How could I translate this technique to large format 4x5 Tri-x...
    With apologies if you already know this, but Tri-X sheet film is not the same emulsion as Tri-X roll film - they are entirely different products. Tri-X roll film developed in D-76 1+1 has a long, gentle shoulder that makes it relatively easy to achieve "full information" negatives that print easily. Tri-X sheet film, on the other hand, generally delivers a steeper highlight curve that's harder to handle. You will likely need to adjust your exposure and development habits, and possibly your choice of paper as well, to get prints that you are happy with.

    Although Tri-X is my favorite roll film, I settled on HP5 Plus as my standard sheet film. It too is different from Tri-X roll film, but I found it more forgiving and closer to my taste than Tri-X sheet film. YMMV.

    I generally use a Sekonic L-308 incident meter, take a reading in my own shadow, and err on the side of exposing generously. I don't tailor development for individual sheets - I use a standard time for everything, just as I do with roll film. If you do want to tailor development on a sheet-by-sheet basis, I'd second the recommendation to look at the incident metering technique described in Phil Davis's Beyond the Zone System book.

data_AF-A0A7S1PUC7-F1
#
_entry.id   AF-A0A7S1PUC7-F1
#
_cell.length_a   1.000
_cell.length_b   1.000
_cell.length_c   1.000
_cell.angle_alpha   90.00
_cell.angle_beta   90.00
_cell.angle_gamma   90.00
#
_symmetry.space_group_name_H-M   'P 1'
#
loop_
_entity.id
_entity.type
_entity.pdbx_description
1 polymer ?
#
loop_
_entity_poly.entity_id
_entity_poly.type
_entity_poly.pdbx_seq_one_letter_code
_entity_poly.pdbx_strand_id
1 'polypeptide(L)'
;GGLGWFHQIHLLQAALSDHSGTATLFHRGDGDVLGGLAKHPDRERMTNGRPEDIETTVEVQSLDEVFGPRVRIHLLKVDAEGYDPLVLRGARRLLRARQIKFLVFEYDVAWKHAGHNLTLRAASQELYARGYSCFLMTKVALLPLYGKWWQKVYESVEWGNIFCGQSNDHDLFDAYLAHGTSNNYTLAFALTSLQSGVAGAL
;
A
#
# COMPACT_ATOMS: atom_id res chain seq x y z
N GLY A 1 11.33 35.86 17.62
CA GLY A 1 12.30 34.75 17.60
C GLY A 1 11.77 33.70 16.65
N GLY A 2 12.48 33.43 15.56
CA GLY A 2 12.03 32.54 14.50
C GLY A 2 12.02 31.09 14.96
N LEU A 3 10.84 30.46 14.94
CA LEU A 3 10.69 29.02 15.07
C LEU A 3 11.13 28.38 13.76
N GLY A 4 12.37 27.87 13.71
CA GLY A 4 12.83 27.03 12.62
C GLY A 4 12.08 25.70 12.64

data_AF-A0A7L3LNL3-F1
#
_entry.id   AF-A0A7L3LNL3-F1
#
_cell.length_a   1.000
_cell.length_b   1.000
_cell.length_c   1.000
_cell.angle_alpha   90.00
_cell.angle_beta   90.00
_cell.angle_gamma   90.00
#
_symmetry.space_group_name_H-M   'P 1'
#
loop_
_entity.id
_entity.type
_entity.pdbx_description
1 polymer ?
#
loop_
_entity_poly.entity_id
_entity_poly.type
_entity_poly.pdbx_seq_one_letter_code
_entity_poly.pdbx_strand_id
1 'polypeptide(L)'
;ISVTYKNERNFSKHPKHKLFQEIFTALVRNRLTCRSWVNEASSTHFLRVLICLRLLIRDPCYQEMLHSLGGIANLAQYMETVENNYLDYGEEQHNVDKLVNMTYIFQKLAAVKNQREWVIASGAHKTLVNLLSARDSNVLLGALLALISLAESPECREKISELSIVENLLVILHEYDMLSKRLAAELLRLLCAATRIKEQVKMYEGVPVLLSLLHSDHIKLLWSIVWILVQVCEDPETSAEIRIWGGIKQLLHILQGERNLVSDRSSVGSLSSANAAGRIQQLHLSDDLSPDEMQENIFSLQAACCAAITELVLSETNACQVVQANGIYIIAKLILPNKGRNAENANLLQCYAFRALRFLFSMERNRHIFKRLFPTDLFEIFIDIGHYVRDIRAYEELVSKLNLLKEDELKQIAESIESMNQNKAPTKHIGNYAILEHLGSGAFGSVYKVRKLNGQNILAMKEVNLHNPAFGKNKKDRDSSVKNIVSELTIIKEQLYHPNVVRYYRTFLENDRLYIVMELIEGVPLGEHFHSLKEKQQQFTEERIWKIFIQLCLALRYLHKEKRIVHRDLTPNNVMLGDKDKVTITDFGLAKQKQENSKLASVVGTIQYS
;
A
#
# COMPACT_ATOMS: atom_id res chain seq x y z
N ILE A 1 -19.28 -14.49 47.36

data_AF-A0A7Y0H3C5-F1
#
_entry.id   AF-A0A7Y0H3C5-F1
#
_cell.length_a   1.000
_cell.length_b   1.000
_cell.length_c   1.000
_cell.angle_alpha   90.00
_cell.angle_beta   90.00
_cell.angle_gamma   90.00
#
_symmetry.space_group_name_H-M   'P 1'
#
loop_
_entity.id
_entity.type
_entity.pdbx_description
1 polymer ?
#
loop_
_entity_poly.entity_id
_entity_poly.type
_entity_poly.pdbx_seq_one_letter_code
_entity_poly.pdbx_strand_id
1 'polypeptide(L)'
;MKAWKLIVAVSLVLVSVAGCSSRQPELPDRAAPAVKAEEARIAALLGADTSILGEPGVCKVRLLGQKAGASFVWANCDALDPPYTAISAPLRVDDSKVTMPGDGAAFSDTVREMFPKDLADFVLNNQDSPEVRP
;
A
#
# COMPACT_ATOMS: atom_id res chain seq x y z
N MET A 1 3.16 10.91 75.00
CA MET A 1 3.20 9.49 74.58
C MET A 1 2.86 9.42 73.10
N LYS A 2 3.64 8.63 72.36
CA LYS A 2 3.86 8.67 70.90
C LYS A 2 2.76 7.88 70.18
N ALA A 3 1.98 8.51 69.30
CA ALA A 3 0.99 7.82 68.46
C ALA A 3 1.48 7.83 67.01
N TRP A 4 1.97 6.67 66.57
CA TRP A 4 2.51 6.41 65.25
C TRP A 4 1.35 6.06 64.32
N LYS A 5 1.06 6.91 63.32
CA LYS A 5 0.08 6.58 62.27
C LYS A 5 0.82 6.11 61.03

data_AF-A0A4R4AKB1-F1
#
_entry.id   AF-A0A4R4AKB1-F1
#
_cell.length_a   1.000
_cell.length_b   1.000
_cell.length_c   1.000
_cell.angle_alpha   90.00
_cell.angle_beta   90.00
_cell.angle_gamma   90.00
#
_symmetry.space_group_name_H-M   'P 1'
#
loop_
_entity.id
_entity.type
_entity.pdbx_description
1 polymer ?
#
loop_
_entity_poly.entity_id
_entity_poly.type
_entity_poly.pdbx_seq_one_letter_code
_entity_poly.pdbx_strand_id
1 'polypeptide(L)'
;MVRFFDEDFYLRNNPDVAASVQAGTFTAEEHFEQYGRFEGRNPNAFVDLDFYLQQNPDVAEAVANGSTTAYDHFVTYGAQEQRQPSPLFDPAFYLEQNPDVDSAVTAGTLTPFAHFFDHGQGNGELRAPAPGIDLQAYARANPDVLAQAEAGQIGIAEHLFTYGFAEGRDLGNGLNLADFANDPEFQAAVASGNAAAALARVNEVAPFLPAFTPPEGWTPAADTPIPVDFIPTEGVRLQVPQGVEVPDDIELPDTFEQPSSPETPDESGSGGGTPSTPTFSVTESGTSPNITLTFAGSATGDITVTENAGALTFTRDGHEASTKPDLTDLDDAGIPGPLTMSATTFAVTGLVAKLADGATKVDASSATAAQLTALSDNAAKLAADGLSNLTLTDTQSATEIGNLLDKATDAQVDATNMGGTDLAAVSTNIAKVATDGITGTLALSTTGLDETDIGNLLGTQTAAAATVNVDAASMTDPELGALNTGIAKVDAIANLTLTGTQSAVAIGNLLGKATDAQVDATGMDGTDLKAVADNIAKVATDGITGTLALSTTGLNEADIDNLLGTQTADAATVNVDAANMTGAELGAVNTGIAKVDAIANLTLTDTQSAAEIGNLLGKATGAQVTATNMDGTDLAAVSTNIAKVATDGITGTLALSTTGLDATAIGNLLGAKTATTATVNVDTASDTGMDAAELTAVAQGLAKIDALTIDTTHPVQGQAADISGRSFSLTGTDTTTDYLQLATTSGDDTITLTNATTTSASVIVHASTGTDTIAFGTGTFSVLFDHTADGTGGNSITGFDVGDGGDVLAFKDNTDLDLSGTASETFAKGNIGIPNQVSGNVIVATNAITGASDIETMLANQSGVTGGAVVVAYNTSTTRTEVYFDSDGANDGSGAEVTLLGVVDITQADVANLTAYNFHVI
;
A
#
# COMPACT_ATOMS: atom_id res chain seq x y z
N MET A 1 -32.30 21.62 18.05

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    Re: Metering for the shadows with an incident light meter

    GOOD article.

    Incident meters have their own "internal" point of reference for illumination, where a spot meter depend of reflectance dependent on color or why "gray" or other colors involved that are spot metered could provide an errant light reading. To compensate for this while using a spot meter, keep in mind color of what is being metered can alter the spot meter's light reading relative to calibrated "18% gray". Turns out green grass is pretty close to providing a spot meter reading close_ish to gray. Some where in the pile of Foto stuff is a chart noting the differences in reflectance (spot meter) readings relative to reference 18% gray.


    Bernice



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    Re: Metering for the shadows with an incident light meter

    I get better results L758 Incident Dome proud, than I ever get with L758 Spot on same device
    image

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    Re: Metering for the shadows with an incident light meter

    There is a 10 reflected light attachment for the Minolta meter. It could what you need. https://www.keh.com/shop/light-meter...xoCIEAQAvD_BwE
    Click image for larger version. 

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    Re: Metering for the shadows with an incident light meter

    I take a measurement in the shadow and one in the light. Then pick something in the middle if both types of light are in the photo. If the photo will be in the shade and you want that lit normal, then just meter normal in the shadow (pick an exposure close to what the meter says). If you want the shadow the be darker, the pick a shutter speed closer to the brighter reading.